In a report that points to possible censorship and an attack on free speech, The Centers for Medicare & Medicaid Services has been accused of blackballing a reporter covering health care in D.C. for eight years after he refused to delete three contested sentences from a story.
The reporter, the Washington bureau chief for Modern Healthcare, Virgil Dickson, had reported that the recent resignation of Brian Neale, an official overseeing Medicaid, came amid “some sort of disagreement” between administrator Seema Verma and Neale. The sources also claimed Neale had objections to the workload. The allegation was substantiated by multiple industry insider sources that Dickson found credible and reliable.
Administrator Seema Verma paints an entirely different story on Twitter, noting that Brian Neale is a “dear friend.”
Had a bittersweet time saying goodbye to Deputy Administrator and Director of CMCS Brian Neale today. Brian is a dedicated public servant and a dear friend. His work has benefitted millions of Americans and he will be sorely missed. pic.twitter.com/7be0H880uB
— Administrator Seema Verma (@SeemaCMS) January 30, 2018
After publication, the journalist received an email from a communications director contracted by CMS, Brett O’Donnell, a Republican strategist and a well-known Republican debate coach who worked for Mitt Romney in 2012. O’Donnell said Dickson’s article made “false speculation” about any disagreement or workload problems.
The journalist stood by his sources but added a statement from Brian Neale, who denied a disagreement had occurred. That wasn’t enough for O’Donnell, who then wrote to Dickson’s editor.
“Short of fully correcting the piece we will not be able to include your outlet in further press calls with CMS,” reportedly stated O’Donnell in an email.
The editor stood by his journalist, noting that the sources had been credible and that they had balanced the story with Neal’s statement.
A week later, Dickson was taking part in a CMS press call, when he reported being dropped from the call.
“[…] His phone went mute during a CMS press call and a woman’s voice told him he was not allowed to participate,” wrote Felice J. Freyer for the Association of Health Care Journalists.
A CMS agency spokesman responded to questions from the journalist about the incident, saying “No reporters have been banned by CMS.”
If that is the case, Dickson has not since heard if he will have access to future press calls at the time of this writing. The president of the AHCJ also firmly stands by the journalist.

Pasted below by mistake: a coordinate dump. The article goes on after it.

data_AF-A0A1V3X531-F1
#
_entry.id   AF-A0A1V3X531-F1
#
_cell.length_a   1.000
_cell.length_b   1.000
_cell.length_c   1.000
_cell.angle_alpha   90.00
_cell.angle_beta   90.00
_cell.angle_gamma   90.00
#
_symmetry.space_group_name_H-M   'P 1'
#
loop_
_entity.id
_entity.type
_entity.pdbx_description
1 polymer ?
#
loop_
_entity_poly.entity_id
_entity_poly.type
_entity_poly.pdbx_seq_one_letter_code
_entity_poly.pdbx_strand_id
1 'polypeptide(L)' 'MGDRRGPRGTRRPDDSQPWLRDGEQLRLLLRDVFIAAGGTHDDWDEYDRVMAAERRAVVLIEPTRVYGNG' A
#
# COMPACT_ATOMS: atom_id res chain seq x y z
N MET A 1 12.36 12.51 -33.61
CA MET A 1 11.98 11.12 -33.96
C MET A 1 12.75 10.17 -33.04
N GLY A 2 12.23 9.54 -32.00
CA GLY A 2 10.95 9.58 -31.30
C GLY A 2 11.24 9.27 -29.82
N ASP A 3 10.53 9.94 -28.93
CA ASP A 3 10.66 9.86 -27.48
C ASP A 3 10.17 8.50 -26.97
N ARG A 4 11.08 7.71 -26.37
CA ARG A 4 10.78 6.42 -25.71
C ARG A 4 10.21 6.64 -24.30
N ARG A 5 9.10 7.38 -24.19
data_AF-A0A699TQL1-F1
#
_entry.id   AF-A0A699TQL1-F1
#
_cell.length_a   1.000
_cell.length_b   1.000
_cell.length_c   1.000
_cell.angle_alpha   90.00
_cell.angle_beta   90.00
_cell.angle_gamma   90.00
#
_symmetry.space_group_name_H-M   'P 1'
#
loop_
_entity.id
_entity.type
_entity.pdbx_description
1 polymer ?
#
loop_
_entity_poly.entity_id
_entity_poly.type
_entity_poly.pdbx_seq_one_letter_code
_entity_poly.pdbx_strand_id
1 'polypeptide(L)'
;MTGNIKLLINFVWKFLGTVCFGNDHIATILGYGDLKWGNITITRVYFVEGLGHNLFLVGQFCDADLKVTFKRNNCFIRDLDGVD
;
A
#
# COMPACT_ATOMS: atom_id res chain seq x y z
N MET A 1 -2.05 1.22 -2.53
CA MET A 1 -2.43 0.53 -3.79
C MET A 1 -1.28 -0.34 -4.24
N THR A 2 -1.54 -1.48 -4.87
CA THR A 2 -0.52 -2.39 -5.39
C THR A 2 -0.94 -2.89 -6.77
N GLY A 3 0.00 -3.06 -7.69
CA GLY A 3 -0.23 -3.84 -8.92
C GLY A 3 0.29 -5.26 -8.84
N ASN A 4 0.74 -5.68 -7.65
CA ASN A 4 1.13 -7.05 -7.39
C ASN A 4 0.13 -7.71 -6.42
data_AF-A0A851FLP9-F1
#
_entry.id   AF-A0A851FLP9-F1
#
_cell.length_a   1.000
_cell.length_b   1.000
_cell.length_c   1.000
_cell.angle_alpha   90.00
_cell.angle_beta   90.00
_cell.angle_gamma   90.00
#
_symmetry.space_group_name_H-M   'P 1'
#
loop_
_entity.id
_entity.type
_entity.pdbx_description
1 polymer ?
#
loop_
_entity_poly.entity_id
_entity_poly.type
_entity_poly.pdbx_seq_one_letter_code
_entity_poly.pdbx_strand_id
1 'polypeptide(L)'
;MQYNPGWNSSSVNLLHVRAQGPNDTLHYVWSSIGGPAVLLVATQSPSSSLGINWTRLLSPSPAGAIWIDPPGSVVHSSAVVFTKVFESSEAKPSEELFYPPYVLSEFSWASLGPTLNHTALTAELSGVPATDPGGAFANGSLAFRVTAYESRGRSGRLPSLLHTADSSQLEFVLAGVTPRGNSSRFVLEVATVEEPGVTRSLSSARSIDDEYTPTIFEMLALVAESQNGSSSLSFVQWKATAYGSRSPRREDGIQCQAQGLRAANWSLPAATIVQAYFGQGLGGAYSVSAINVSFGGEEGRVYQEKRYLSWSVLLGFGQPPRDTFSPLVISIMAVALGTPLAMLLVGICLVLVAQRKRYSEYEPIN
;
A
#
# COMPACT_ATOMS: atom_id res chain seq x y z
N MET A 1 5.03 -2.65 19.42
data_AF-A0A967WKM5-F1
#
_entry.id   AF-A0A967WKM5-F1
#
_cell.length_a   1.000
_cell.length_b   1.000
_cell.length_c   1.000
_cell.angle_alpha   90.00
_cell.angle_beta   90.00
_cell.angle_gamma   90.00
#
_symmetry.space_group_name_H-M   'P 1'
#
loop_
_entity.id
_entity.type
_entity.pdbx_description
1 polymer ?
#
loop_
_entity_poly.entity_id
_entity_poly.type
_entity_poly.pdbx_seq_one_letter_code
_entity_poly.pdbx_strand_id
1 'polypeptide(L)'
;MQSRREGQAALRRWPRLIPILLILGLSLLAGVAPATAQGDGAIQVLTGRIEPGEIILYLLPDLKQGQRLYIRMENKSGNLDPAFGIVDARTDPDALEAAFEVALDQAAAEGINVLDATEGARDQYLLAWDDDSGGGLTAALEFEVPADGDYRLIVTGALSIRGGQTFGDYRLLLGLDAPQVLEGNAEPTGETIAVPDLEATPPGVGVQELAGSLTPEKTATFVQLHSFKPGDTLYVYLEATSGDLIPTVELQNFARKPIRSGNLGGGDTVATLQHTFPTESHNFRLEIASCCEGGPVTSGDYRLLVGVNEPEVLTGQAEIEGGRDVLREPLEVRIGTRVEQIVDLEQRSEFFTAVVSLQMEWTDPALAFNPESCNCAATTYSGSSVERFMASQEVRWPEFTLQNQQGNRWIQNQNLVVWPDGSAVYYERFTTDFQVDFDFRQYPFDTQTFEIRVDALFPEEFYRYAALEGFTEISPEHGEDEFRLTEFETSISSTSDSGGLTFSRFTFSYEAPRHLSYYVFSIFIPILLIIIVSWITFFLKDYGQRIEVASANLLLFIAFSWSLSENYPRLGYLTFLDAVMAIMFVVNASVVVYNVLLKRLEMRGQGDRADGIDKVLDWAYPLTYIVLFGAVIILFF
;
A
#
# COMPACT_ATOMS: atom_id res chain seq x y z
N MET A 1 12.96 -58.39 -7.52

“Administrator Verma seems to think she can bury inconvenient facts by threatening reporters with blacklisting,” said Ivan Oransky, M.D., president of the Association of Health Care Journalists, the world’s largest organization of reporters, editors, and producers covering health care.
“That tactic won’t work – truth will out,” Oransky said. “But the very act of trying to stifle a press report is a frightening assault on the First Amendment. AHCJ intends to vigorously protest this bullying.”
The news of the alleged blackballing of a journalist is part of a larger shift in how the CMS approaches press conferences, according to Association of Health Care Journalists:
“In contrast to previous administrations, CMS officials do not hold in-person press conferences. They have also taken to inviting select reporters to telephone briefings, and excluding others without explanation,” stated Freyer.
Of note, the man who threated to blackball the journalist has an interesting past.
In 2015, O’Donnell plead guilty to lying to House ethics investigators about the extent of campaign work he had done while being paid from lawmaker’s office accounts.
“The plea is the first time anyone has been charged with a federal crime for lying to the House Office of Congressional Ethics, which was set up in 2008 to vet allegations against lawmakers and staff and recommend further action to the House Ethics Committee,” wrote Paul Singer for USA Today.
It looks like O’Donnell should be the last person to question anyone’s ethics – especially those of an experienced journalist.
It’s great to see the Association of Health Care Journalists stand up to what they see as bullying and an attack on free speech. In this ongoing climate created by Trump, the rights of journalists are under attack as they face the chaos of the Trump administration.
In the case of journalist Virgil Dickson, he’ll be required to report accurately on the coming attacks on Medicaid while facing the threat of restricted access.
— Virgil Dickson (@MHvdickson) January 30, 2017
Featured image: Screenshot via YouTube